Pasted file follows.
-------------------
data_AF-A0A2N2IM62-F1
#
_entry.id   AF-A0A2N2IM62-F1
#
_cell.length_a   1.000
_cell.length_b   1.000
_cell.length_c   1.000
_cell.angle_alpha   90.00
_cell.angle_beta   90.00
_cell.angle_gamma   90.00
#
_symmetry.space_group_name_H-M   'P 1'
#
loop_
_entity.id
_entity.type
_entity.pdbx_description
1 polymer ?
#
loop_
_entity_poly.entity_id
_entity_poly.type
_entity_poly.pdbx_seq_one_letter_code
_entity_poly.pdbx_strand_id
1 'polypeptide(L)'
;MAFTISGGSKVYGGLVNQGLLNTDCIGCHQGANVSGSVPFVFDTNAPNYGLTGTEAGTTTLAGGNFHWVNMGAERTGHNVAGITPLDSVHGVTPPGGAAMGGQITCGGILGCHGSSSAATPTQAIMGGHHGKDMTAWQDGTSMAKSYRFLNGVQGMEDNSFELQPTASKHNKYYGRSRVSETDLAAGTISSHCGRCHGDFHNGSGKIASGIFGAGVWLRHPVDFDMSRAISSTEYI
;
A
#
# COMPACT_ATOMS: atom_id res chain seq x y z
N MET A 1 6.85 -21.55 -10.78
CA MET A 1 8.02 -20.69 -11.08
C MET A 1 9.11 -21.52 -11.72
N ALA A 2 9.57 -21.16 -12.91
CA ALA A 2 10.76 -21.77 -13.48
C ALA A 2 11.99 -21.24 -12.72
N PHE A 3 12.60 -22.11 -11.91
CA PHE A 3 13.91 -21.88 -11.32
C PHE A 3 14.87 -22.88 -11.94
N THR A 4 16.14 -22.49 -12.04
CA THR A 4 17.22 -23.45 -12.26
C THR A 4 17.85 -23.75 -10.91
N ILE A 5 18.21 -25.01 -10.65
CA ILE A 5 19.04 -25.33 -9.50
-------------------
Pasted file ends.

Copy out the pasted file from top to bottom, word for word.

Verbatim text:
data_AF-A0A2N2IM62-F1
#
_entry.id   AF-A0A2N2IM62-F1
#
_cell.length_a   1.000
_cell.length_b   1.000
_cell.length_c   1.000
_cell.angle_alpha   90.00
_cell.angle_beta   90.00
_cell.angle_gamma   90.00
#
_symmetry.space_group_name_H-M   'P 1'
#
loop_
_entity.id
_entity.type
_entity.pdbx_description
1 polymer ?
#
loop_
_entity_poly.entity_id
_entity_poly.type
_entity_poly.pdbx_seq_one_letter_code
_entity_poly.pdbx_strand_id
1 'polypeptide(L)'
;MAFTISGGSKVYGGLVNQGLLNTDCIGCHQGANVSGSVPFVFDTNAPNYGLTGTEAGTTTLAGGNFHWVNMGAERTGHNVAGITPLDSVHGVTPPGGAAMGGQITCGGILGCHGSSSAATPTQAIMGGHHGKDMTAWQDGTSMAKSYRFLNGVQGMEDNSFELQPTASKHNKYYGRSRVSETDLAAGTISSHCGRCHGDFHNGSGKIASGIFGAGVWLRHPVDFDMSRAISSTEYI
;
A
#
# COMPACT_ATOMS: atom_id res chain seq x y z
N MET A 1 6.85 -21.55 -10.78
CA MET A 1 8.02 -20.69 -11.08
C MET A 1 9.11 -21.52 -11.72
N ALA A 2 9.57 -21.16 -12.91
CA ALA A 2 10.76 -21.77 -13.48
C ALA A 2 11.99 -21.24 -12.72
N PHE A 3 12.60 -22.11 -11.91
CA PHE A 3 13.91 -21.88 -11.32
C PHE A 3 14.87 -22.88 -11.94
N THR A 4 16.14 -22.49 -12.04
CA THR A 4 17.22 -23.45 -12.26
C THR A 4 17.85 -23.75 -10.91
N ILE A 5 18.21 -25.01 -10.65
CA ILE A 5 19.04 -25.33 -9.50